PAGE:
ERICA HILL, CNN NATIONAL CORRESPONDENT: Yes, and Christi, we saw all those crews probably start to make their way in just a little over an hour ago as they were preparing work for a second day. So you could see that drone footage, the bulldozers there. All of this debris does need to be moved to the sides so that the roads are passable, as you point out.

When it comes to power, which you also mentioned, we know 900,000 customers across seven states. Three-hundred-thousand of them are in Florida alone and as for Mexico Beach, yesterday the mayor said the best estimate that he's been given at this point, it could be two months before there is power back here. There's no water. There's no sewer. The city manager says 12 to 18 months before the town is back up and running.

Victor, as you mentioned, every business has been wiped out here. These are small mom-and-pop shops. This is a small town. They want to keep it that way. The mayor says 75 percent of the town is gone.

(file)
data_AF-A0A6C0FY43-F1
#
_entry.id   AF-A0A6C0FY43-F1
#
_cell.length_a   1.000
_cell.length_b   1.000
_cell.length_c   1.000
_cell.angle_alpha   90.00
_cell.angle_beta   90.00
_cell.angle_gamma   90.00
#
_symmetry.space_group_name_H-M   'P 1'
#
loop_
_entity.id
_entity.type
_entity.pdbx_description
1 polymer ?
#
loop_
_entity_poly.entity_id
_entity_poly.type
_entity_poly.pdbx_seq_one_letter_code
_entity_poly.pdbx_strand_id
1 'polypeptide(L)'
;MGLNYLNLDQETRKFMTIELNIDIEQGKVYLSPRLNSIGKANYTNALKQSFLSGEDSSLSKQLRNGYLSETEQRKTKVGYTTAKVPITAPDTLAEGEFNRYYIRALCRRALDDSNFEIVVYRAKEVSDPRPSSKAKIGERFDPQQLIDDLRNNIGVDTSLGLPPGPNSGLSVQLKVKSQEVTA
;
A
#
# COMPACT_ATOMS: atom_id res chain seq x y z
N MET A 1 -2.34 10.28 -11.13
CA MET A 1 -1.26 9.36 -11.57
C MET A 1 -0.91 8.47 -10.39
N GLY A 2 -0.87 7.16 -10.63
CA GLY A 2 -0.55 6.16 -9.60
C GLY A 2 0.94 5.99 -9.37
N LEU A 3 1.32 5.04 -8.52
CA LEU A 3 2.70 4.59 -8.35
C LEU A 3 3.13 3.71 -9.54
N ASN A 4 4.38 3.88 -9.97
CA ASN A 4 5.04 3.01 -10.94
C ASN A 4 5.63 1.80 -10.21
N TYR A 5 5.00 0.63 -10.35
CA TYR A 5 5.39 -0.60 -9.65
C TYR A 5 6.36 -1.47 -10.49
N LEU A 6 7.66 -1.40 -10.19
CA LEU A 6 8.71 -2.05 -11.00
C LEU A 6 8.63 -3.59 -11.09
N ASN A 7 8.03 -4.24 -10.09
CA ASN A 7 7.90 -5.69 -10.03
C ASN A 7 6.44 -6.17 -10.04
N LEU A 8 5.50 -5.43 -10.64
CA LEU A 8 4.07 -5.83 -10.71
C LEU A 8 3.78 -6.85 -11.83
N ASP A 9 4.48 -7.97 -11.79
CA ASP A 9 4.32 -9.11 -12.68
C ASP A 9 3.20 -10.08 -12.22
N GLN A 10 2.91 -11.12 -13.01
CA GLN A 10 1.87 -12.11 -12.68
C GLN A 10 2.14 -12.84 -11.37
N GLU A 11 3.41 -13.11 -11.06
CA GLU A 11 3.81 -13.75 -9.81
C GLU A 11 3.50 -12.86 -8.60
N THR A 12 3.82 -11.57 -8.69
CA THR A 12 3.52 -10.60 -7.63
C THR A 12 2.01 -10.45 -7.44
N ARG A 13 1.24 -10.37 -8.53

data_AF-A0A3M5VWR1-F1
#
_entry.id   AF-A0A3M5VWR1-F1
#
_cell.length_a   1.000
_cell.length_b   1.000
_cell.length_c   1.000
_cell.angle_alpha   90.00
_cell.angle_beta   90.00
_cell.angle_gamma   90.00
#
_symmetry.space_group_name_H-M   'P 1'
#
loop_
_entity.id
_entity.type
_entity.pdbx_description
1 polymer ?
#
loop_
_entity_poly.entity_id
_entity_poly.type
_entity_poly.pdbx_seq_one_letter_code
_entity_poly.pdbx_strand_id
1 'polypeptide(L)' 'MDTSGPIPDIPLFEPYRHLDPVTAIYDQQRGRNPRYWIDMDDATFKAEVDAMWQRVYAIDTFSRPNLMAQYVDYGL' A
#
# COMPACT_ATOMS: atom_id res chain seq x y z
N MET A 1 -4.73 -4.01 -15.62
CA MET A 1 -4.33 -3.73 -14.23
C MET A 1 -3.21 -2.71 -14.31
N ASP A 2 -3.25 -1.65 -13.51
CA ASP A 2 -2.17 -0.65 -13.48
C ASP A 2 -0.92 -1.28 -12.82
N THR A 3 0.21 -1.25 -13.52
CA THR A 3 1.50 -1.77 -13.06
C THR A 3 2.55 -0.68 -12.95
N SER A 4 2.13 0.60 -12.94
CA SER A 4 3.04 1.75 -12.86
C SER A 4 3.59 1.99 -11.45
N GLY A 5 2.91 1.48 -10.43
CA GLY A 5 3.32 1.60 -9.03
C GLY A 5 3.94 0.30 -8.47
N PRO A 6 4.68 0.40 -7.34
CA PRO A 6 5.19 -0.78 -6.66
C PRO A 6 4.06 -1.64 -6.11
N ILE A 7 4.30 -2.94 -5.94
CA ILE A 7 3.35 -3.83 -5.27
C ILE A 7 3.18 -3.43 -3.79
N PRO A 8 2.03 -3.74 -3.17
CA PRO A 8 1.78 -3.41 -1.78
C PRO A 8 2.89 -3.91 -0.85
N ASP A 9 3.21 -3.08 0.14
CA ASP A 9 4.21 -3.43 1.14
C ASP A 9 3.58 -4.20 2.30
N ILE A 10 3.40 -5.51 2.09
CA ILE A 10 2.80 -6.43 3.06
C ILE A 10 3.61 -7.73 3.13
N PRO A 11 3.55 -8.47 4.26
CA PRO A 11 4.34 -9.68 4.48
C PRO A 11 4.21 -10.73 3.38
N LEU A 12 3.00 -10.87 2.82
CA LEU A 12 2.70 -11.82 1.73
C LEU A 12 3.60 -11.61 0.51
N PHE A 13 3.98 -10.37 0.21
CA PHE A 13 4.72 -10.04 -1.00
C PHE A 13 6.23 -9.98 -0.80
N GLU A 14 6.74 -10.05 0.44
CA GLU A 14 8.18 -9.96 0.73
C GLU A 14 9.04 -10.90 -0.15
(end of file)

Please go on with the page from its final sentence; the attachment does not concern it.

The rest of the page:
There is one confirmed death here in Mexico Beach. The body of an elderly man was found amidst the debris as they were first coming in to look and to find people here. They did a second sweep of all the buildings and the different areas yesterday. So they'll continue some of those efforts today. Just to give you a sense, too, though, of how difficult it is to get firm numbers on where everyone is, as of 8 A.M. Wednesday morning, the town had a list of 286 residents who planned to stay and ride out the storm. But the storm changed by the time they had woken up and when it was a category four, the mayor said he knows there were probably at least a couple dozen, maybe a few more people who decided instead to leave. He and his own family had a conference. He decided to say. He said he would never do it again.